– Marissa LaRocca

“I'm up front about what I can and can’t help with. I walk them through the program agreement and make sure they understand my cancellation policy and how they can reach me between sessions.”

– Merritt Tracy

“Clearly outlining them verbally and in writing (in the coaching agreement) and then following through in practice. For example, if a coach tells a client they will not prescribe a diet, and the client still asks the coach to tell them what to eat, the coach can say, ‘At the beginning of our work, we discussed that I would help you figure out the best foods for your body and your condition, but I cannot prescribe diets or know with absolute certainty what’s best for your health. Are you comfortable continuing to explore your options with me? Or would you like me to refer you to a nutritionist or RD who can prescribe meal plans?’”

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– Heather Freudenthal

Are there certain misconceptions or myths around the coach-client relationship that you often need to clarify or dispel?

“That coaching is consulting and the coach has all the answers.”

– Amy Nolan

“That you have to be in top optimal health to support others.”

– Deneen Jackson

“I emphasize the importance of setting not just goals, but realistic, tangible goals! They allow the client to achieve them with the continued support of the coach. I find that the clients who have clear and concise goals are the ones who get the most out of the program.”

– Rebekah W.

“Often clients come into health coaching thinking I will tell them what to do. I let them know that the coach-client relationship is about them being able to take responsibility for their own health and create the life they want; while I can guide them, they need to take the lead.”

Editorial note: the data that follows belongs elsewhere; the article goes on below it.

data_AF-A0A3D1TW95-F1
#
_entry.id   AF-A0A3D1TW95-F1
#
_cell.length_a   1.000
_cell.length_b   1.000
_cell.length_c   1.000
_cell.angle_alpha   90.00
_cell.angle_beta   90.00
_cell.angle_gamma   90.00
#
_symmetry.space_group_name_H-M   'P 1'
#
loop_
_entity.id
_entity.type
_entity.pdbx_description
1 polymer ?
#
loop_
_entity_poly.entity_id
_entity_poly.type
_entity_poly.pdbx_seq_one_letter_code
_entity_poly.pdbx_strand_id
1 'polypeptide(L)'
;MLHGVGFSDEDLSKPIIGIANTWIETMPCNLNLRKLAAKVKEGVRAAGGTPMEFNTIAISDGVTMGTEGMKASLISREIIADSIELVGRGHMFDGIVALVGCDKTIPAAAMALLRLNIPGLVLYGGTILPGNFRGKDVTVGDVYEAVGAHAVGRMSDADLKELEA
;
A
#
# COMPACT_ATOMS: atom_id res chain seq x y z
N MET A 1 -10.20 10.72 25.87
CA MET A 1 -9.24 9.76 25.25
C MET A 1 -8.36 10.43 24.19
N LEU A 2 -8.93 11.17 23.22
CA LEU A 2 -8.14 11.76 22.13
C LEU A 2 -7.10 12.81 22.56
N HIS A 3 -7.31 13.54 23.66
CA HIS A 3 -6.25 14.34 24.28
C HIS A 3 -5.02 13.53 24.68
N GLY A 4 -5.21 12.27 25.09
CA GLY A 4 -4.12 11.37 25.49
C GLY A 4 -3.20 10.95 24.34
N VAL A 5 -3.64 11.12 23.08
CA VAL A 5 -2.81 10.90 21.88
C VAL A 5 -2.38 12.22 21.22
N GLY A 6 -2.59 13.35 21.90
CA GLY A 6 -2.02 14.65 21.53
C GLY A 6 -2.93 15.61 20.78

– Merritt Tracy

“Coaching is a collaborative process in which the coach actually helps the client realize they are the expert on themselves and take appropriate action. Another misconception is that the coach will tell the client what or how to eat and know what diet is best for them. Another misconception is that a Health Coach will be able to work with/is a good match for anyone with any health condition. Coaching is a partnership, and just like people need to find a therapist who is a good match in experience, temperament, and style for them, clients will be best served when they find a coach who they ‘mesh’ with.”

– Heather Freudenthal

“I have had a few experiences where clients expected me to have conversations or correspondence with them outside our sessions without compensating me for my time. So the myth might be that coaches are willing to work for free. It's important to be very up front with the terms of your coaching agreement and create clear policies around things like additional time spent emailing your client, whether they can text you, whether you have specific office hours, etc.”

– Marissa LaRocca

What do you want an aspiring Health Coach to know about the coach-client relationship?

“That the client guides the journey, not the coach!”

– Amy Nolan

“Let the client lead! As tempting as it can be to provide clients information and ideas, the work you do as a coach will be more transformative and powerful if you empower your clients to think for themselves.”

– Marissa LaRocca

“Get to know your niche market and what they are looking for in your coaching services. Remain true to who you are but also remember that bio-individuality comes into play with your clients. Ask them about themselves to open them up in your first session.”

– Rebekah W.

“I think a lot of new coaches get caught up in trying to create perfect handouts and amazing social media content. The relationship is what’s most important and what will create a program where the client can grow and shift.”

– Merritt Tracy

“It's very much a give-and-take relationship. You'll get as much out of it as your clients will. You'll both learn a lot from each other.”

– Heather Freudenthal

Author Biography
Nina Zorfass
IIN Content Writer

Nina holds a bachelor’s in dietetics, nutrition, and food sciences from the University of Vermont, is a graduate of IIN’s Health Coach Training Program, and is an NASM-Certified Personal Trainer.